Showing 1 - 4 of 4 posts found matching keyword: robots
Sunday 10 January 2010
The world's first "sex robot" was unveiled this weekend in -- where else? -- Las Vegas. Its name is Roxxxy. Roxxxy is a complex electronic toy embedded in the body a Real Doll, which essentially makes it a very expensive Teddy Ruxpin that you can fuck. Before dismissing this as a lone pervert's dream come true, realize that this brings us one step closer to Daryl Hannah in Blade Runner, which would be considered many normal men's dream come true. So here in 2010 we may be no closer to flying cars then we were in 1960, but at least we've got sex robots.
Saturday 25 August 2007
As of late, I've been a little obsessed with the animatronic animals that performed as The Rockafire Explosion at Showbiz Pizza place throughout the 1980s. I think that adding robot performers to a pizza joint designed mainly to encourage children to play coin-operated video games is perhaps among the greatest restaurant concepts of the 20th century. Showbiz had lousy pizza but spectacular entertainment. I mean, who cares about your low-quality goat cheese pizzas when a robot bear is emceeing your birthday party celebration?
(Don't remember Showbiz? Thankfully, to the rescue comes YouTube! Someone has been uploading training videos from Showbiz Pizza to YouTube. I guess everyone has a hobby.)
Sadly, with the practical demise of arcade gaming thanks to the home console gaming revolution, the concept died a slow death, replaced by Chuck E. Cheeses using not stage robots but television sets. Though I'm sure that today's kids would prefer robot vaudevillians over televised variety shows led by an animated rat, they don't know that they used to have the option. To the kids of today, it's lost information, like how to build a pyramid. (That's right, I've just essentially compared the disappearance of Showbiz Pizza parlors with the fire that destroyed the Library of Alexandria.)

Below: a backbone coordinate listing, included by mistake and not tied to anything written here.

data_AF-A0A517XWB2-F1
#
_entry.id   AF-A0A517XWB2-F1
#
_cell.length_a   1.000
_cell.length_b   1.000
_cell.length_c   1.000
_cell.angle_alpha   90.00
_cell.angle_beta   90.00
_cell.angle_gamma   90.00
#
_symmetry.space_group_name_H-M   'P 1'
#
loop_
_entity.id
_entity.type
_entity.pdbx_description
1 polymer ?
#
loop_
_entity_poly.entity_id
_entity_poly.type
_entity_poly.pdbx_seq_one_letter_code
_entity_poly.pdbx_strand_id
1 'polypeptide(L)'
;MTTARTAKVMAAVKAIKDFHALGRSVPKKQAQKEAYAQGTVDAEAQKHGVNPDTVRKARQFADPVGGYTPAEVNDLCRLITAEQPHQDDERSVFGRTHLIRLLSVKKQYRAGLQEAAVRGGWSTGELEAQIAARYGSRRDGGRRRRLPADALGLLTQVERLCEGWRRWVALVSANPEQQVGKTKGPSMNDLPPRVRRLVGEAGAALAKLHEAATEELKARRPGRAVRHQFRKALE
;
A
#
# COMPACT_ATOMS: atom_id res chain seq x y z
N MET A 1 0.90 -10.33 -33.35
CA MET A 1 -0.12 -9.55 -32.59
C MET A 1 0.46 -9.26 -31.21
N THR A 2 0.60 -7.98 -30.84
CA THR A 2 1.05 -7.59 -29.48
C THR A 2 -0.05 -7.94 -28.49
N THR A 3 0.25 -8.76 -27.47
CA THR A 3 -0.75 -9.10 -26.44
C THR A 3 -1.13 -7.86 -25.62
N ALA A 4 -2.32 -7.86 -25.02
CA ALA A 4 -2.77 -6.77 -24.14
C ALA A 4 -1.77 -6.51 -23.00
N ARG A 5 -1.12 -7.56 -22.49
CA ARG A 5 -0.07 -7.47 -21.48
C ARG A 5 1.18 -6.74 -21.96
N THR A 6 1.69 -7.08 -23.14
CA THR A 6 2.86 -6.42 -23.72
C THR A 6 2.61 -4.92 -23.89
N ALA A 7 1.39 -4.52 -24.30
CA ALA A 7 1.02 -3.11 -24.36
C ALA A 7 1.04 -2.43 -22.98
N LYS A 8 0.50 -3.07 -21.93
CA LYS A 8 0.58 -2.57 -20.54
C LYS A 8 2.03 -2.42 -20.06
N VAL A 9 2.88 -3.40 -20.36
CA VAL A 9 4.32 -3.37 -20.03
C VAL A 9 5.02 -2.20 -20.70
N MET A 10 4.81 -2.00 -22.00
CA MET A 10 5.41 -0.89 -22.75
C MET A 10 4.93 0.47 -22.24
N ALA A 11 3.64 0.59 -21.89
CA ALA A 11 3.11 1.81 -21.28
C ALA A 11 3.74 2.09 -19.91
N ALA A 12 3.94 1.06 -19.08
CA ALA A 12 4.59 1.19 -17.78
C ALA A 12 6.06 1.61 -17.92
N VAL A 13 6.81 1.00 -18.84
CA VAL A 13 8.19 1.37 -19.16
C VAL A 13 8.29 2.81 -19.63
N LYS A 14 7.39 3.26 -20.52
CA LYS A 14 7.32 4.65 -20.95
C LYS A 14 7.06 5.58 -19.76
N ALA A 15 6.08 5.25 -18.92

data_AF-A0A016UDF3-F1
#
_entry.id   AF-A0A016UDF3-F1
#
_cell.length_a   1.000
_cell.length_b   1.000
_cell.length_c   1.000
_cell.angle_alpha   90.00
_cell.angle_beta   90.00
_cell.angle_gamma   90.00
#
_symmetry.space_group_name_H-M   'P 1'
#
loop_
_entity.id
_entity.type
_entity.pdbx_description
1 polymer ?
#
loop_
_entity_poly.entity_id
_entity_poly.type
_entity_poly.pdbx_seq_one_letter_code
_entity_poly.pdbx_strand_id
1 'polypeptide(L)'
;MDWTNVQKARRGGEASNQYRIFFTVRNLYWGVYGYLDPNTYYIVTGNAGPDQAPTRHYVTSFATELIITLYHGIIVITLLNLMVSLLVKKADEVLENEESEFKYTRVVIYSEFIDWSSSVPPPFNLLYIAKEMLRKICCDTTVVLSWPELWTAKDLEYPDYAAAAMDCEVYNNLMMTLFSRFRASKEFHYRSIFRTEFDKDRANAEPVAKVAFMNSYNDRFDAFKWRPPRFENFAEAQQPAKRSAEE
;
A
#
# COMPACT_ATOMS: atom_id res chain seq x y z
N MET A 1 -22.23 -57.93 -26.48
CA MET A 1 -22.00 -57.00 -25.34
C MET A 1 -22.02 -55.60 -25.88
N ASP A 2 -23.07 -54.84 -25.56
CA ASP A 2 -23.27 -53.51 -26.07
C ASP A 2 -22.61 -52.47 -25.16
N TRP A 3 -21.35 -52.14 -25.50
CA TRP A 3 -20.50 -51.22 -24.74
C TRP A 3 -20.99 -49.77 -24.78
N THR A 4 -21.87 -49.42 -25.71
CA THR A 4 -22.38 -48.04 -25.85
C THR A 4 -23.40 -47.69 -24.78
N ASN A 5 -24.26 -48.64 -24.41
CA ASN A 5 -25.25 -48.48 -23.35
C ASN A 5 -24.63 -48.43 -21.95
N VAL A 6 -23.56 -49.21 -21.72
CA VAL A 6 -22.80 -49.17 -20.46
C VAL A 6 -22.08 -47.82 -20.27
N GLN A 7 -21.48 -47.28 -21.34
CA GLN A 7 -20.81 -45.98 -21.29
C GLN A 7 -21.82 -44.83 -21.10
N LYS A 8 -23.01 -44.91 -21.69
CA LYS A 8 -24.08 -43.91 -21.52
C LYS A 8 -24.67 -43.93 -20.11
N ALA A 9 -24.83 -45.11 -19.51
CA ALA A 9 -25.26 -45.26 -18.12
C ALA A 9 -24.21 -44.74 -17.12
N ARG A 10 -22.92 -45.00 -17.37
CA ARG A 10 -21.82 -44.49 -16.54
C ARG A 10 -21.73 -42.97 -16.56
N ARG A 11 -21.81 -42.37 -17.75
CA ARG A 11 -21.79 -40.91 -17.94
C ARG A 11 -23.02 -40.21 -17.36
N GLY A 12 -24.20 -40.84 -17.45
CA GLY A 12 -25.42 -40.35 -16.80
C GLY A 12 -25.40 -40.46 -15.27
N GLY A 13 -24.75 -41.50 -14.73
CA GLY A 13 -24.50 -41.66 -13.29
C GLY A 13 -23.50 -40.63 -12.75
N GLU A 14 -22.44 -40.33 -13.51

Wednesday 15 August 2007
Think about this: today, most coffins are made in an assembly line fashion by robots. Robots weld the lining, paint the exterior, and embroider the interior. That's right, your eternal resting place will in all likelihood be created for you by an inanimate object that will never need to use the same product.
The phrase "robots making coffins" is about the scariest indicator of the future of the human race that I have yet encountered. (Just like in The Matrix!) Yet there is one ray of hope: since they don't use the products themselves, at least those robots need humans for long-term job security. (Just like in The Matrix!)
Wednesday 2 August 2006
Cartoon Network's Adult Swim has recently begun replaying the entire 26 episode anime series Big O at 5 AM EDT. I'd seen a few episodes the last time around, but never from the beginning. And let me tell you, you cannot jump into season 2 halfway through and expect to have any idea what's happening.
Essentially the show is about Roger Smith, an independently wealthy professional negotiator who protects the amnestic futuristic Paradigm City and it's inhabitants. (Though he does frequently destroy more of the city than most protectors would ever dream of. Every time he comes to the rescue in his alter-ego titular giant robot, Big O, he destroys the street and usually several nearby buildings. I guess sometimes you have to break a few eggs to make a Big Omelette.) I really enjoy the show, and I think that it is an exceptionally deep story of the sort rarely tried outside of literature (or Alan Moore's graphic novels).
Roger's two sidekicks are his mustachioed butler, Alfred -- no, wait, Roger's butler is named Norman -- and his android R. Dorothy Wayneright. (Wayneright. I love that. So much about the show, from characters to setting to animation style, is reminiscent of Batman mythology.) To be accurate, Dorothy is not his property but his willing servant. Unlike so many other futuristic stories, in Big O sentient androids are usually treated as free willed, independent beings with rights equal to those of humans.
I'm quite smitten by Dorothy. I find her sensibility, her dry wit, her relative lack of emotion, even her hairstyle very attractive. It figures, I guess, that when I find a girl I like, she's an animated android.